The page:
Oficina de Cultura Científica | alfa
Two Group A Streptococcus genes linked to 'flesh-eating' bacterial infections
25.09.2017 | University of Maryland
Rainbow colors reveal cell history: Uncovering β-cell heterogeneity
22.09.2017 | DFG-Forschungszentrum für Regenerative Therapien TU Dresden
At the productronica trade fair in Munich this November, the Fraunhofer Institute for Laser Technology ILT will be presenting Laser-Based Tape-Automated Bonding, LaserTAB for short. The experts from Aachen will be demonstrating how new battery cells and power electronics can be micro-welded more efficiently and precisely than ever before thanks to new optics and robot support.
Fraunhofer ILT from Aachen relies on a clever combination of robotics and a laser scanner with new optics as well as process monitoring, which it has developed...
Plants and algae use the enzyme Rubisco to fix carbon dioxide, removing it from the atmosphere and converting it into biomass. Algae have figured out a way to increase the efficiency of carbon fixation. They gather most of their Rubisco into a ball-shaped microcompartment called the pyrenoid, which they flood with a high local concentration of carbon dioxide. A team of scientists at Princeton University, the Carnegie Institution for Science, Stanford University and the Max Plank Institute of Biochemistry have unravelled the mysteries of how the pyrenoid is assembled. These insights can help to engineer crops that remove more carbon dioxide from the atmosphere while producing more food.
A warming planet
Our brains house extremely complex neuronal circuits, whose detailed structures are still largely unknown. This is especially true for the so-called cerebral cortex of mammals, where among other things vision, thoughts or spatial orientation are being computed. Here the rules by which nerve cells are connected to each other are only partly understood. A team of scientists around Moritz Helmstaedter at the Frankfiurt Max Planck Institute for Brain Research and Helene Schmidt (Humboldt University in Berlin) have now discovered a surprisingly precise nerve cell connectivity pattern in the part of the cerebral cortex that is responsible for orienting the individual animal or human in space.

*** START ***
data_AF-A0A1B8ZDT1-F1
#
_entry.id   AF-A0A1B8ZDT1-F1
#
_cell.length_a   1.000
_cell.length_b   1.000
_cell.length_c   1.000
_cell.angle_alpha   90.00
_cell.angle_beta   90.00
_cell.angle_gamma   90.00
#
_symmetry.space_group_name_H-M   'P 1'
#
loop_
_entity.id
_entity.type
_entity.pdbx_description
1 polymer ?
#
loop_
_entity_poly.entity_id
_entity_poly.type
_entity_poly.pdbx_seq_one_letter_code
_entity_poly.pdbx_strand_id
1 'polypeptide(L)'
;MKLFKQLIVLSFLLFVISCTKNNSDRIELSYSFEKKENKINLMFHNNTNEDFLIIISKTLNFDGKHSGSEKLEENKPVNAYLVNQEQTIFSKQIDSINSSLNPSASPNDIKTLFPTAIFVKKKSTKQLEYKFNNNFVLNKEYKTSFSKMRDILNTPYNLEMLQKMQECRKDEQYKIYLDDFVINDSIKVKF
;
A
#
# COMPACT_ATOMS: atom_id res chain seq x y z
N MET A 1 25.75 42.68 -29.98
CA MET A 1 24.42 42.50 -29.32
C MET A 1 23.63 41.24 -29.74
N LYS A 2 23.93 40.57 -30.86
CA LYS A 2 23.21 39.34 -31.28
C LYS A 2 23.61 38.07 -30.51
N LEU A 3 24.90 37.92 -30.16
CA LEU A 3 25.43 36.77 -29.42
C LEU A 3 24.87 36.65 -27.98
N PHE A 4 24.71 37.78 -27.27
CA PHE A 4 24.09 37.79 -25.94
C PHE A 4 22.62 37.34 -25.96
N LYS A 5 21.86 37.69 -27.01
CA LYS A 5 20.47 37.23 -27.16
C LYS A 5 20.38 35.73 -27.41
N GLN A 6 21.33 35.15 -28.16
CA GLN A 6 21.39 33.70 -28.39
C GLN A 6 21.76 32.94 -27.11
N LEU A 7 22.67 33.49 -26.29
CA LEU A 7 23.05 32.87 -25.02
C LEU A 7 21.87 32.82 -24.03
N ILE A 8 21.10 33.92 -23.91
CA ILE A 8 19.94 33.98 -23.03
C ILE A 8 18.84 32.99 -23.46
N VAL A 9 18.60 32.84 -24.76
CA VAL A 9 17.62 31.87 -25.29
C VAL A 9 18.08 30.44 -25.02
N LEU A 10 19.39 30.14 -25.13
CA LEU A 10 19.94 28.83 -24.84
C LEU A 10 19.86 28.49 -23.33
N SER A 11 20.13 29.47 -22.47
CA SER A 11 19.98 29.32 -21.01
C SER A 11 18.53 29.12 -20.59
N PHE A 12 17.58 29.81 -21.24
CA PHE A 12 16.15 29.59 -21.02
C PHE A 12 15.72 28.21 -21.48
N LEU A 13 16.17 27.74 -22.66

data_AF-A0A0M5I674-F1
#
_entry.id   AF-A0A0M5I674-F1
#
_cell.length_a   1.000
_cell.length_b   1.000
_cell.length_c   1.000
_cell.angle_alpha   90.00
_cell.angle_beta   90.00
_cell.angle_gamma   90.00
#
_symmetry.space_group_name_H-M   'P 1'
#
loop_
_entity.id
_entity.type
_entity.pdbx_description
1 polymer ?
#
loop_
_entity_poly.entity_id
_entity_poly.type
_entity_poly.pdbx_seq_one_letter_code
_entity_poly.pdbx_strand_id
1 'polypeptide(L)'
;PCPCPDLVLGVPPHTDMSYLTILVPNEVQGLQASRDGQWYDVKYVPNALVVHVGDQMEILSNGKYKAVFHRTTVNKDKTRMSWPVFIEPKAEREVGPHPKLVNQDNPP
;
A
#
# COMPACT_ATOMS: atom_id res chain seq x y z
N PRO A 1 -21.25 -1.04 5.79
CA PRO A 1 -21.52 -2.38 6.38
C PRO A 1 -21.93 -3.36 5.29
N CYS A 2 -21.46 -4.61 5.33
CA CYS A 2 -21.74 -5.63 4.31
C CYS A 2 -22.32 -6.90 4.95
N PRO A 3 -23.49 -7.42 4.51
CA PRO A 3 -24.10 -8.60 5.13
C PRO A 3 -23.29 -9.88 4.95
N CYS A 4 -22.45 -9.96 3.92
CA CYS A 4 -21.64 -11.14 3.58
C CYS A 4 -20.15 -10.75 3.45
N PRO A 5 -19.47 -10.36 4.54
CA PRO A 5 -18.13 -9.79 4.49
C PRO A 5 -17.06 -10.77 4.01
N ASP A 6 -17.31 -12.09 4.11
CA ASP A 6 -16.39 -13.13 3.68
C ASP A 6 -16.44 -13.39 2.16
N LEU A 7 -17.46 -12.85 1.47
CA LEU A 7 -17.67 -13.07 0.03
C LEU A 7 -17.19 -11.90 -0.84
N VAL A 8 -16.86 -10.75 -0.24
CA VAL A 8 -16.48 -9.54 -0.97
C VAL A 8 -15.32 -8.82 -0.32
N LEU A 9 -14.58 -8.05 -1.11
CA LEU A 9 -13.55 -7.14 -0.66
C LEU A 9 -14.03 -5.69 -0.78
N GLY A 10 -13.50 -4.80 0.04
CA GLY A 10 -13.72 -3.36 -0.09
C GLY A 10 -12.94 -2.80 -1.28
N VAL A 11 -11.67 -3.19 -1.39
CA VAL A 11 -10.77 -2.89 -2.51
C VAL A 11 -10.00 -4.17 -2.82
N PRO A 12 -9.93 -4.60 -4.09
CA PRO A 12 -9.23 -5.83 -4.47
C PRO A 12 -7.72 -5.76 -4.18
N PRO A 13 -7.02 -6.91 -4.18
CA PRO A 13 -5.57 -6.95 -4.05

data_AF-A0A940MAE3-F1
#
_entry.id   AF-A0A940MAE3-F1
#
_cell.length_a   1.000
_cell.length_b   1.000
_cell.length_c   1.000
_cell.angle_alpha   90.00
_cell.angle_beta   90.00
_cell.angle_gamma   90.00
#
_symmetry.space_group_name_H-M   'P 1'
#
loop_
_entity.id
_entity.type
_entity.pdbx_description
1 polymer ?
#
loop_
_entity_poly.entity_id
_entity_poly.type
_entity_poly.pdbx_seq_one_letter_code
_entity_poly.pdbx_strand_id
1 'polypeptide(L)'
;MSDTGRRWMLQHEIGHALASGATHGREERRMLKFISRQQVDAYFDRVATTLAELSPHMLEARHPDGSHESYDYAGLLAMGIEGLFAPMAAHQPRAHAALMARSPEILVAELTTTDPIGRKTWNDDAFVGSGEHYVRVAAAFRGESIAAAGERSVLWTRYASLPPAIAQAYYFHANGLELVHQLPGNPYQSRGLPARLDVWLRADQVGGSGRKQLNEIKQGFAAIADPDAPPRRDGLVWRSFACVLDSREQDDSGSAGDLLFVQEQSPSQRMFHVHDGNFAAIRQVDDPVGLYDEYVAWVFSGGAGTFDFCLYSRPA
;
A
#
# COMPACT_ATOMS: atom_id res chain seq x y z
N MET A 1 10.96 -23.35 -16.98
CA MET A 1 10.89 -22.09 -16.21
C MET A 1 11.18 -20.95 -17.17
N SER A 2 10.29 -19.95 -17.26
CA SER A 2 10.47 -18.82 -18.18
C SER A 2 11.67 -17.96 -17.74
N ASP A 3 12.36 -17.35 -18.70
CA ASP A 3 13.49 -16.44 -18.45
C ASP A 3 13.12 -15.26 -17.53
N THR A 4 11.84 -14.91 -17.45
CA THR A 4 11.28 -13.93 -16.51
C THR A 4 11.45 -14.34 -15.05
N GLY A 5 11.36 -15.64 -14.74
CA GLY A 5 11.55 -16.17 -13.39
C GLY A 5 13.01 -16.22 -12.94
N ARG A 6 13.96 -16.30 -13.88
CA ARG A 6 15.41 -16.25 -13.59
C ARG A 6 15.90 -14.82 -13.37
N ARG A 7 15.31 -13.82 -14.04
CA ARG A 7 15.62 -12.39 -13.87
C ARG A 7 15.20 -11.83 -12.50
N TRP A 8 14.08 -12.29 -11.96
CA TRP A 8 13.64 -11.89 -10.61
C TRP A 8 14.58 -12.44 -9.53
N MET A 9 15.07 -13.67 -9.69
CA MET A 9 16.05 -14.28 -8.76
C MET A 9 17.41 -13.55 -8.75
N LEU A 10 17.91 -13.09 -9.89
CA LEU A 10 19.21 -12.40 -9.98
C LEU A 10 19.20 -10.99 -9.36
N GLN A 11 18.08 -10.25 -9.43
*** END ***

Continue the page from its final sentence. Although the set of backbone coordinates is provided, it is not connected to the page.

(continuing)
The researchers report online in Nature (Schmidt et al., 2017. Axonal synapse sorting in medial entorhinal cortex, DOI: 10.1038/nature24005) that synapses in...
Whispering gallery mode (WGM) resonators are used to make tiny micro-lasers, sensors, switches, routers and other devices. These tiny structures rely on a...
Using ultrafast flashes of laser and x-ray radiation, scientists at the Max Planck Institute of Quantum Optics (Garching, Germany) took snapshots of the briefest electron motion inside a solid material to date. The electron motion lasted only 750 billionths of the billionth of a second before it fainted, setting a new record of human capability to capture ultrafast processes inside solids!
When x-rays shine onto solid materials or large molecules, an electron is pushed away from its original place near the nucleus of the atom, leaving a hole...
19.09.2017 | Event News
12.09.2017 | Event News
06.09.2017 | Event News
25.09.2017 | Power and Electrical Engineering
25.09.2017 | Health and Medicine
25.09.2017 | Physics and Astronomy